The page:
The famed bust of Nefertiti now in the Neues Museum in Berlin has long been considered an icon of beauty. It turns out to be very similar to contemporary images of beauty: nipped, tucked, botoxed and airbushed.
Historian Bettany Hughes was part of a team of researchers who took a CT scan of the Neues Nefertiti last week and she announced yesterday that the inner limestone template upon which the stucco outer shell was built presents a less idealized version of the queen. She’s still a great beauty, but the first face seems to have been a more realistic rendering, complete with crows’ feet and nose bumps.
This confirms the CT scan results German researchers got last year. They found the limestone face has less prominent cheekbones, a bump on the bridge of the nose, smile lines around the mouth and cheeks, and less depth at the corners of the eyelids. The sculptor Thutmose, in whose workshop it was found and to whom it is attributed, may have done the limestone carving from life and then built up the stucco to be more in accordance with their cultural notions of ideal beauty.
“That statue is still very beautiful,” [Hughes] said, “but not as beautiful. It showed her nose was bent, and that she had wrinkles around her eyes. It’s a real portrait of a real woman. We’re now going to a tomb in the Valley of the Kings where we think Nefertiti’s sister is to see if the dynasty has the same features.”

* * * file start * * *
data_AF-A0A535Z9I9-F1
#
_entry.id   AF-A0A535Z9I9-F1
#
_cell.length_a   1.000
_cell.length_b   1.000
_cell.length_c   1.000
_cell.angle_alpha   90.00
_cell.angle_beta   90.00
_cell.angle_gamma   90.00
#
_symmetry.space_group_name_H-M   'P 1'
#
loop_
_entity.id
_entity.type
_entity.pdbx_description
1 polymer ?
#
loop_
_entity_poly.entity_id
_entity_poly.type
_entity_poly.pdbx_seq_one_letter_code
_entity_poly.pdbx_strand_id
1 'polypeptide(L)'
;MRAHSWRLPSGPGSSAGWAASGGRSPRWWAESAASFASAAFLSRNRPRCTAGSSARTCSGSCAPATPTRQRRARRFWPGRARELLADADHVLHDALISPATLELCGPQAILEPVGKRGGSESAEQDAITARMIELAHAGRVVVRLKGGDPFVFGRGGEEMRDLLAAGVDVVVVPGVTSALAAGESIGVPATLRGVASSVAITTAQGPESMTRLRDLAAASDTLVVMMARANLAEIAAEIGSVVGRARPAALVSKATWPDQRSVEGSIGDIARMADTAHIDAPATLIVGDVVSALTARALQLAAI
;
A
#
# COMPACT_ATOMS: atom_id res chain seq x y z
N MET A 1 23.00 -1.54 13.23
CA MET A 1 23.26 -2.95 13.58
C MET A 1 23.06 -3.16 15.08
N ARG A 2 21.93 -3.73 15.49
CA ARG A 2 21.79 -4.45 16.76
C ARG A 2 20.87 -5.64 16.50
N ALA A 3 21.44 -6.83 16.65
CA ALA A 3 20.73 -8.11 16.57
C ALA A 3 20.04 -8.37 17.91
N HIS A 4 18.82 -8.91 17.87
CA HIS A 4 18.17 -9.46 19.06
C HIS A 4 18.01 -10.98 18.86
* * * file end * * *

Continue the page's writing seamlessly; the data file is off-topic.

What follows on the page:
Ms Hughes, who flew out to Egypt immediately after yesterday’s event, said the Nefertiti scan was likely to reveal much more about the dynasty, of whom Tutenkhamen is the most famous member.
It may even help lead archaeologists to Nefertiti’s remains. Her tomb has never been found, but there are a number of identified mummies that are believed to be part of her family. The new information about her looks might provide more data to find a match.
I don’t know if that’s really likely, however. I mean, did anyone really expect the Nefertiti bust to be an exact replica of the queen, to the point where a potential mummy would be ruled out on the grounds of it not precisely matching the sculpted version of her? It’s hardly shocking news that portraiture and propaganda have gone hand in hand for millennia.